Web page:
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Beyond the Bale : Dec - Jan 08
Ram breeders and woolgrowers have no excuse for lagging behind in the profitability stakes when there are tools available to make major genetic gains and increase margins, according to Malcolm Peake who manages 'Bogo Merinos' at Bookham on the NSW southern tablelands. The latest Merino Bloodlines: the Comparisons analysis, covering the 10 years from 1996 to 2006, was compiled by the Merino Breeding Group within the NSW Department of Primary Industries, and is now available for use. Mr Peake says the real benefit of the analysis is that it allows ram breeders and commercial producers to benchmark their own sheep, identify productive bloodlines and select superior animals. "In our own enterprise, we used the early analysis to compare bloodlines and make an appropriate change," Mr Peake says. "Since then, we have been meeting our breeding objective of reducing fibre diameter and increasing fleece weight, and in the latest analysis our gross margin per DSE is 15.6 per cent above the average." Mr Peake manages a flock of 2500 Merino ewes and 1000 stud ewes for Andrew and Frances Elsegood on the 1300-hectare 'Bogo Merinos' property. In the past five years the enterprise has achieved an average micron of 18.5, with adult sheep and hoggets cutting an average of six kg/head. 'Bogo Merinos' has encouraged clients to participate in wether trials because they demonstrate overall bloodline results, rather than results for an individual flock. Some clients have made changes to their production aims from using the analysis and seeing the results of participating in wether trials. "Wether trials are the only true means of benchmarking the genetics of a bloodline because all the environmental influences are removed and the differences in bloodline performance represent the true genetic differences," Mr 16 GENETICS BEYOND THE BALE Bloodline analysis helps build profitability The new Merino Bloodlines lets woolgrowers and ram breeders benchmark their sheep, identify productive bloodlines and select superior animals Peake says. "From one wether trial to the next they can see an improvement by tracking their performances and gains. Growers can identify a bloodline that will help them to meet their breeding objectives faster. "It is then simply a matter of targeting individual animals from that bloodline that have the necessary traits." By identifying superior genetics, even small improvements in fibre diameter reduction and fleece weight can be achieved, which then leads to big increases in income and profit from across the flock. Mr Peake believes rapid genetic gain, and therefore an increase in profitability, can be made at very little or no cost, considering ram prices today and the marginal price differences between the top 20 per cent and bottom 20 per cent studs. "Genetic gain is more or less a free ride -- just let the sheep do the work -- and I think all woolgrowers should be using genetic tools to increase profitability. Selecting even an average ram from a superior bloodline can significantly improve a producer's bottom line." 'Bogo Merinos' is using the latest bloodline analysis to reinforce its breeding objectives and confirm that the current emphasis on traits, such as fibre diameter and fleece weight, is generating profit. They use a combination of tools, the bloodlines analysis as well as Sheep Genetics where 'Bogo Merinos' receives across-flock and within-flock values that enable benchmarking of performance against other studs while monitoring their own performance. "Profit is certainly one of the key decision drivers when it comes to determining a breeding objective," Mr Peake says. "Sheep that are heavy-cutting and finer will still trend towards being the most profitable, regardless of what the wool market is doing. That's what we're aiming for, and the results are flowing through to client flocks." ú More information: www.merinobloodlines.com.au Five steps to maximising profitability There are five steps commercial wool producers can take in order to maximise their profitability and make the best use of Merino Bloodlines: the Comparisons: 1Set a long-term breeding objective 2Benchmark your current bloodline performance against other bloodlines 3Consider all traits, even though some will be dominant 4Consider performance and future progress of the bloodlines that are of interest 5Consider practical constraints of a bloodline, such as price, availability and location Ram source analysis updated Woolgrowers and ram breeders can now access the latest analysis of many major Merino bloodlines across Australia to more readily identify the most suitable and profitable bloodlines and ram source.The latest Merino Bloodlines: the Comparisons analysis covers the 10 years from 1996 to 2006 and was compiled by the Merino Breeding Group within the NSW Department of Primary Industries. The analysis shows there are substantial differences in profitability between bloodlines, with a range of 22 per cent above average gross margin to 15 per cent below the average return being recorded. The Merino Breeding Group's Sally Martin says the bloodline data was sourced from 63 wether and ewe productivity trials. "These trials have been run for an average of three years, ensuring a high accuracy in the data collected," Mrs Martin says. "And in an industry first, we have been able to use ewe trial data to make comparisons." In NSW, there were 21 wether trials conducted which contributed to the analysis. "There are 74 extra bloodlines being compared than in the previous analysis from 1994 to 2004, which offers growers and breeders a wide choice of genetics to achieve their long-term breeding objective." The head of AWI's sheep technologies program, Geoff Lindon, says the analysis provides producers with information on important determinants of profitability. "With the 'environmental factors' removed from the analysis, producers are looking at the genetic potential of these bloodlines," Mr Lindon says. The analysis provides details on bloodlines for a range of traits, such as clean fleece weight and fibre diameter... "Producers can combine this information, along with Australian Sheep Breeding Values (ASBVs) from Sheep Genetics and Sire Evaluation to choose a ram source that suits their breeding objectives and gives a good indication of their profitability potential." Commercial producers are able to compare bloodlines for gross margin per dry sheep equivalent (DSE) and graphs are provided to demonstrate bloodline performance for three different selling seasons. The analysis provides details on bloodlines for a range of traits, such as clean fleece weight and fibre diameter, with bloodlines able to be benchmarked against average values for these two traits.The analysis contains a list of bloodlines with low accuracy and thus their data remains unpublished. However, these bloodlines can be contacted directly for the relevant information. Producers can visit www.merinobloodlines.com.au for all the latest information on the 1996 to 2006 comparison and information on how to use the comparison to more easily identify the bloodlines that match their own breeding objectives. ú More information: www.merinobloodlines.com.au Malcolm Peake, manager of NSW's 'Bogo Merinos'. PHOTO: ANGUS McGEOCH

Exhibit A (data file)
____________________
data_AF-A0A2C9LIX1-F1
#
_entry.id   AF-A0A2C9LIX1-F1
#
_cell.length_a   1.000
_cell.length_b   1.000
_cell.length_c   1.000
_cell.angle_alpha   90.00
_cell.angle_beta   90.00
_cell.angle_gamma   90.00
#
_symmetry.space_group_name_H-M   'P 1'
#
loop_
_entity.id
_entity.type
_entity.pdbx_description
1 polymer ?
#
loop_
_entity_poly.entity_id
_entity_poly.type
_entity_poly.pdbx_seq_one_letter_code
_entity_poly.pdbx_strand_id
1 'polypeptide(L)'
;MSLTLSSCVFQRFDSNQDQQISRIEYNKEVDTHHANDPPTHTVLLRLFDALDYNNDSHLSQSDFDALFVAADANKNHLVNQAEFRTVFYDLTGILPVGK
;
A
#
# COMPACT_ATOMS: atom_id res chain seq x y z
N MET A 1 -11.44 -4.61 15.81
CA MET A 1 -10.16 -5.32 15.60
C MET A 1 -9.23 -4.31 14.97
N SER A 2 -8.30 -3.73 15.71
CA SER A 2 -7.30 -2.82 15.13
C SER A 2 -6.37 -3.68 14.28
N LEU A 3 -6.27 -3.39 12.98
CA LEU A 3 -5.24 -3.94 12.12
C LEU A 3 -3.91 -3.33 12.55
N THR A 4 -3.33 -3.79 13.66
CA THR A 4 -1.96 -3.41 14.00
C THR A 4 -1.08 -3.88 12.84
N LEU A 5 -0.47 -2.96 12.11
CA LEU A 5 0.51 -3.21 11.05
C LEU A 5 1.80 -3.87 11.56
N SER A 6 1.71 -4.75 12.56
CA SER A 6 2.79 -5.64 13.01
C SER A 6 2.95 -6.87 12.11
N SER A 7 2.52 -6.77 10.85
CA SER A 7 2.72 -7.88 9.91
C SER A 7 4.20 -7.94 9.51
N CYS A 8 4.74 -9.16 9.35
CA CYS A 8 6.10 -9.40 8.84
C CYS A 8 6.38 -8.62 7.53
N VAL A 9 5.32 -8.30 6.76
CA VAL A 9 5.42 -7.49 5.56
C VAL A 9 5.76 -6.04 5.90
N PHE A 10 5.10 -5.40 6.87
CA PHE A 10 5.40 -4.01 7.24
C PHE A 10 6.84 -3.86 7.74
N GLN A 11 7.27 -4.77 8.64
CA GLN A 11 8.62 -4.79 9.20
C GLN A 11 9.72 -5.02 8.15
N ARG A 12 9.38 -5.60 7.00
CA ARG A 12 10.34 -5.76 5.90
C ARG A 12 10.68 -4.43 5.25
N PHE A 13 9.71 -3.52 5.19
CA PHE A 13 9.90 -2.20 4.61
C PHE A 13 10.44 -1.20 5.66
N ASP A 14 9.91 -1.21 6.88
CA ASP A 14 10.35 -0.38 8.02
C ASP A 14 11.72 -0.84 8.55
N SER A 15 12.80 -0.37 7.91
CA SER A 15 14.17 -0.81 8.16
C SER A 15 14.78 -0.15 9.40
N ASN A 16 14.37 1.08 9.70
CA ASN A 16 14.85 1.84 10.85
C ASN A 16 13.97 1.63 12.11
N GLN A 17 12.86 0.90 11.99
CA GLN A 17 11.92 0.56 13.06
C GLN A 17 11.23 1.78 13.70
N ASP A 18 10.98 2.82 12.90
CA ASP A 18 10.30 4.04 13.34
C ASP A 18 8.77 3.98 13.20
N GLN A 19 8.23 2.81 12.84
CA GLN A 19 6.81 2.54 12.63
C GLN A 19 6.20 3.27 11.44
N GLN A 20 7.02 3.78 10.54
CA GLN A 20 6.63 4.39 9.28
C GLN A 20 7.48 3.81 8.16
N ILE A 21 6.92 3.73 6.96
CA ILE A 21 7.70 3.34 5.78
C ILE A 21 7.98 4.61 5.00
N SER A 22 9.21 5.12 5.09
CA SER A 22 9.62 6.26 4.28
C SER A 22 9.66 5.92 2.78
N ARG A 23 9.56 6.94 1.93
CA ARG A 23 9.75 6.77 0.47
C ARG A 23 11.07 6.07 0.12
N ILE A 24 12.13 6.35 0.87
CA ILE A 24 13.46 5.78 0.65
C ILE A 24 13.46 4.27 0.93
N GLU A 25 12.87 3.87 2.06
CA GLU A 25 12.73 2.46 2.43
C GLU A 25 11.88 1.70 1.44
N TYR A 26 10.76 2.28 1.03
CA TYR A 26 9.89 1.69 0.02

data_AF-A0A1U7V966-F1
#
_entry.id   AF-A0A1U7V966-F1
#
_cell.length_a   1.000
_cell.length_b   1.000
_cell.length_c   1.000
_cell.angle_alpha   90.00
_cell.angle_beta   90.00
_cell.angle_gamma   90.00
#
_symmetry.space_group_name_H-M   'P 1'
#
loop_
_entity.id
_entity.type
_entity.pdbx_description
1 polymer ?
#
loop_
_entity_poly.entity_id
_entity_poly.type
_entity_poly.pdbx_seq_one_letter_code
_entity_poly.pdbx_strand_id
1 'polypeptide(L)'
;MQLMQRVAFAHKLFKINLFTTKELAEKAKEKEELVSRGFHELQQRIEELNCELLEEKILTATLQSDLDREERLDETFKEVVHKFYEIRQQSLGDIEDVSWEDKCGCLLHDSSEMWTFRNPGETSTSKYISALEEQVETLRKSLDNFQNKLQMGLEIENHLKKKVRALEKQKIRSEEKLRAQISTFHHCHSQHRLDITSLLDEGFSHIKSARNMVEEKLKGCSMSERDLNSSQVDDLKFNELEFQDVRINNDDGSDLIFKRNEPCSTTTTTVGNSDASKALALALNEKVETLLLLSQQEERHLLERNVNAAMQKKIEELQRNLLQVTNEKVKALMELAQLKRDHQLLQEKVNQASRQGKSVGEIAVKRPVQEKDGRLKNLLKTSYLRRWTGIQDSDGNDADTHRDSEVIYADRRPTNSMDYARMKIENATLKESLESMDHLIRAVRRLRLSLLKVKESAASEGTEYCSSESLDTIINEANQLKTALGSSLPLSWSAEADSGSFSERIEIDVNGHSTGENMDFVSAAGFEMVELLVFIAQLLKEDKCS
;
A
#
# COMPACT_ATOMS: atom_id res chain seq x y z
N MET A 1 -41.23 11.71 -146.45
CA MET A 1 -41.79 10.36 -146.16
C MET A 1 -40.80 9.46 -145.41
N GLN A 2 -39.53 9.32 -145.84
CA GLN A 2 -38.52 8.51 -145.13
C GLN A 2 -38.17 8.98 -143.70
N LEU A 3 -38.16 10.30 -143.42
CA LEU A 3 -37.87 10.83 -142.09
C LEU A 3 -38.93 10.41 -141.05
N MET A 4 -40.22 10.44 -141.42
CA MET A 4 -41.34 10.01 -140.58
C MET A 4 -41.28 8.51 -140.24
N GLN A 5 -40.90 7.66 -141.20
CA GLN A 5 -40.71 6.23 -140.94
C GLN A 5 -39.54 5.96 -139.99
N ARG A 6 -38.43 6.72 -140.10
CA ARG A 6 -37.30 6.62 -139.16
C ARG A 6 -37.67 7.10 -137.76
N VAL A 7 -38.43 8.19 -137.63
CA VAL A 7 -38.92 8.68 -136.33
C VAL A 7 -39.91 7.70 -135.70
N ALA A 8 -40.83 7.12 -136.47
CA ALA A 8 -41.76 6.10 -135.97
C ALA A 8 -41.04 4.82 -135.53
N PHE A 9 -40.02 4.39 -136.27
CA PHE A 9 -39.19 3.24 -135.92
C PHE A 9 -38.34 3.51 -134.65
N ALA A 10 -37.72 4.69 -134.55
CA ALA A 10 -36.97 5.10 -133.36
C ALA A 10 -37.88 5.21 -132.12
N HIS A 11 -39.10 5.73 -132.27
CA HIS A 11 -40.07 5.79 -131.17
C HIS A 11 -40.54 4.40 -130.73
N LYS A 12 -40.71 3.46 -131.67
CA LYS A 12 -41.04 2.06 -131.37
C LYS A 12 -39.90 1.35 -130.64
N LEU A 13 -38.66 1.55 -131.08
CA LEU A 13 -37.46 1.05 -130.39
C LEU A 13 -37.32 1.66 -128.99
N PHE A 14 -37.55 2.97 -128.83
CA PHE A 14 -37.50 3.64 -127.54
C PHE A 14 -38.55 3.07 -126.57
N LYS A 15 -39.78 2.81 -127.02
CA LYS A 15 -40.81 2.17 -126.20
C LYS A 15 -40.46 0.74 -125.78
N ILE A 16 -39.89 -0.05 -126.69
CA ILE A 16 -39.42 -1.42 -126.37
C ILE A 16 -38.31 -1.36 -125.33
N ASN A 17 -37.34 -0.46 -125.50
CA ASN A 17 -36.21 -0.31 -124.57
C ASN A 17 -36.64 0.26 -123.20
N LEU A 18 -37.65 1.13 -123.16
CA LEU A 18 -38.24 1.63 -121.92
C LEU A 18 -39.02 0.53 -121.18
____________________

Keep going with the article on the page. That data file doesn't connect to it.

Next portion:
Oct 07 - Nov 07
Feb - Mar 08 Supplement